6 Super Simple Tricks For Treating Foot Pain…On Your Own!
So, you’ve got yourself some foot pain, huh? Well, that just stinks. (Pun Intended)
Yes, I actually did chuckle while writing that. 🙂
Well, don’t worry my ‘achy foot’ friend. Today, I’m going to share with you some super simple and effective tips and tricks that you can do on your own that will have your little tootsies feeling great again in no time.
Are you ready to find out what those tips and tricks are? Great! Go grab yourself some hand sanitizer (and maybe some toenail clippers), and let’s get to it.
6 Super Simple Trick For Treating Foot Pain…On Your Own
Pain In The Arch
If you regularly suffer from pain in the arch of your foot that is worse first thing in the morning and after being seated for some time, then you are likely suffering from the ever dreaded plantar fasciitis. This is an often very painful condition that involves inflammation and pain of the plantar fascia at the bottom of your foot.
Although this condition can be a stubborn one to deal with, there are a few things you can do on your own to great reduce, or in some cases completely eliminate, the pain associated with plantar fasciitis. And if you’d like to read an entire post dedicated to the treatment of plantar fasciitis, click here.
So, I’m not going to go into too much detail here but the key to treating plantar fasciitis is understanding what’s causing it. And research has shown that the greatest risk factor for the development of plantar fasciitis is actually the speed at which your toes bend back, or dorsiflex, as your foot is pushing off the ground while walking and/or running. Therefor, the key to treating plantar fasciitis is to slow down the rate that this happens.
Fortunately, this can be done in a number of different ways.
One of the best ways, however, is by wearing what are known as rocker bottom shoes. Because of their rounded shape, rocker bottom shoes greatly reduce, or in some cases completely eliminate, the amount your toes have to bend back while walking and/or running. This greatly reduces strain on the plantar fascia and can be a very effective method for reducing pain even in severe cases of plantar fasciitis.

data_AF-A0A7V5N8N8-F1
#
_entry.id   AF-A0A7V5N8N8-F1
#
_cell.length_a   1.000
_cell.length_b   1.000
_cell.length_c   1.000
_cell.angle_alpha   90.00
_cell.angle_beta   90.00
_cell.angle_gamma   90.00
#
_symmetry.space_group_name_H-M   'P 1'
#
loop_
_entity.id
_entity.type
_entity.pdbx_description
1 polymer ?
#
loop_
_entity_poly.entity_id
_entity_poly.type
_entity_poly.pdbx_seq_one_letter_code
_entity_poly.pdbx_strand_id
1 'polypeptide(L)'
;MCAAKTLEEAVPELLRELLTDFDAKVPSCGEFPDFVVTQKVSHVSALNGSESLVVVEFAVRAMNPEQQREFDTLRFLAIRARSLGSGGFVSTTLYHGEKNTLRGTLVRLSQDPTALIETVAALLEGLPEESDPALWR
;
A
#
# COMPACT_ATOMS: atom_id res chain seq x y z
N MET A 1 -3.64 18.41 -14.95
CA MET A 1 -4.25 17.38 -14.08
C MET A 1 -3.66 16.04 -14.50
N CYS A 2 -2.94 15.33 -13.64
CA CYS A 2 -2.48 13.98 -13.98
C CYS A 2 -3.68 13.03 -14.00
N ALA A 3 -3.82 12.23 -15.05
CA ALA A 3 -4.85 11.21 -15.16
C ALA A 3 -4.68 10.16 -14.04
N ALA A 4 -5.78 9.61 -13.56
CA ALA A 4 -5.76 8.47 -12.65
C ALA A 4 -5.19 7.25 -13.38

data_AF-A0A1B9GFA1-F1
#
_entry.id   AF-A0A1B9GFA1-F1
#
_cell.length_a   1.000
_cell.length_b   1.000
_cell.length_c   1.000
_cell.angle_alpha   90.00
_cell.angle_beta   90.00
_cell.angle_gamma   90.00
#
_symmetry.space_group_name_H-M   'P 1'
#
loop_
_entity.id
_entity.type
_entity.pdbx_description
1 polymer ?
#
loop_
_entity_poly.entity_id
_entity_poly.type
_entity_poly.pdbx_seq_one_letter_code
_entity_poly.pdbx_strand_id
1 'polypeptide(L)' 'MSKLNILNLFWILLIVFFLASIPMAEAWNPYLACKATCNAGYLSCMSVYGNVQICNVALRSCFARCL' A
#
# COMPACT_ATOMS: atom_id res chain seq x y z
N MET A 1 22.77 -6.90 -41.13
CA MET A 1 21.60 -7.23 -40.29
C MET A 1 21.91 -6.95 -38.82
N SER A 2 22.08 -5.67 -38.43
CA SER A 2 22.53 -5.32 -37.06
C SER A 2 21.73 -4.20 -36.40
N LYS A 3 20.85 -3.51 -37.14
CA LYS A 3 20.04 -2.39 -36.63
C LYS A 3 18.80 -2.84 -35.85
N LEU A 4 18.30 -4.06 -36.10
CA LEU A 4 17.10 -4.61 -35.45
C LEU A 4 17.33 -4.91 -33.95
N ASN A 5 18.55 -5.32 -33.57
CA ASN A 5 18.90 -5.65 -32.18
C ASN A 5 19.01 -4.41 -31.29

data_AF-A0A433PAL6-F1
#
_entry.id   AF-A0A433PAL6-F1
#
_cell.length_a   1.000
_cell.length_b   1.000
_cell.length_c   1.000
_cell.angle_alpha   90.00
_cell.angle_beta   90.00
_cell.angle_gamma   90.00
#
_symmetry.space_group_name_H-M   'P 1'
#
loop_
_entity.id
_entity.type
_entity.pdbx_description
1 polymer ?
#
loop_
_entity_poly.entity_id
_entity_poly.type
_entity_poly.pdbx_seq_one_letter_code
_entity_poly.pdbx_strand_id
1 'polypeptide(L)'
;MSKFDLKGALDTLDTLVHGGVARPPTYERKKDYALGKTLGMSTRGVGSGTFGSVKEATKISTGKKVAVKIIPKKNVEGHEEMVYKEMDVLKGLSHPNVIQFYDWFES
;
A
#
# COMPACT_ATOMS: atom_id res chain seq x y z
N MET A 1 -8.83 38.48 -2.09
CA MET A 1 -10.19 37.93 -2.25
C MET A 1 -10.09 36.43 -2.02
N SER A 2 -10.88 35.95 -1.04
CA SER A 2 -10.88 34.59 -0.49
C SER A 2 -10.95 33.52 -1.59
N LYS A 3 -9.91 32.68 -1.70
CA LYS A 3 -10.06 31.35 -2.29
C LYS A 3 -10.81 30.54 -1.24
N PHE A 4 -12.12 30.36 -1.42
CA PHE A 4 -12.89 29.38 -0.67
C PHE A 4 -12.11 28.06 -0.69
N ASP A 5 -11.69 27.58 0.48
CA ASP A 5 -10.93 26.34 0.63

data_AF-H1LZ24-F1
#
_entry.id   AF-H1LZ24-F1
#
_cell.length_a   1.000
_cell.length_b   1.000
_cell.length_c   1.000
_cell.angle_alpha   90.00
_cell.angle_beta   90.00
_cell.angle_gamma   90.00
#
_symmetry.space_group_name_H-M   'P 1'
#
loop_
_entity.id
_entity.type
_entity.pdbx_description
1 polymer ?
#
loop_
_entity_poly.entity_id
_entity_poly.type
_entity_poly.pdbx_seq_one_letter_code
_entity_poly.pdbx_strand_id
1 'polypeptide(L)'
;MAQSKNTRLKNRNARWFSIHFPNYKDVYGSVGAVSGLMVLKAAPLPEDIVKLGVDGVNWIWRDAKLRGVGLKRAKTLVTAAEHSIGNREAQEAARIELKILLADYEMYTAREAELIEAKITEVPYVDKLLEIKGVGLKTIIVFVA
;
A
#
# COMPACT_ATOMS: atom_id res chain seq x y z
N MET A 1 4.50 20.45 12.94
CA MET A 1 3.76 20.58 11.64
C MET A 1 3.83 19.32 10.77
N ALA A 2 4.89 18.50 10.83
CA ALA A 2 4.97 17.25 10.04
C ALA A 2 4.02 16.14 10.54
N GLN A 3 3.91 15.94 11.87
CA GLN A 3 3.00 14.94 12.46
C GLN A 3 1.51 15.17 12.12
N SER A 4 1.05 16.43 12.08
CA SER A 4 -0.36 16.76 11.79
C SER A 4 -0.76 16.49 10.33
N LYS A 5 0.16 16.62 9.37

For even more great tips and tricks for dealing with plantar fasciitis, click here.
Pain In The Heel
Foot pain localized to the heel is likely one of two things; a bone spur or a bruised heel. Either way this next trick often works wonders.
1) Purchase a pair of heel pads. A pair such as these work best. Then, place the heel pad on your heel and use a marker to draw a circle on the pad where the painful spot is. You’ll want this space to be just wider than your painful spot.
2) Use a pair of scissors to cut out the circle you just made.
3) Place the heel pad into your shoe and take them for a spin.
4) Do your best ‘happy dance’ knowing you just made your tootsies a lot more happy.
Additional treatments for either of these injuries is wearing more cushioned shoes, avoiding thin or hard shoes, striking the ground with a mid or forefoot contact point for runners, and weight loss.
A word of caution is needed here. Sometimes a painful heel may be due to a calcaneal (heel bone) stress fracture. If this is the case then you’re best avoiding all weight bearing activities until the fracture has completely healed. See your doctor if you are unsure whether or not you’ve suffered a calcaneal stress fracture.
Pain In The Ball (Front) Of The Foot
Foot pain in the ball or front part of your foot is most likely one of two things depending on it’s exact location. If the pain is located under the base of the big toe then you’re most likely suffering from something called sesamoiditis.
However, if the pain is located at the base of one of your smaller toes then you’re most likely suffering from something call metatarsalgia. You’ll use a different method for treating each so it’s important to know which one you are dealing with.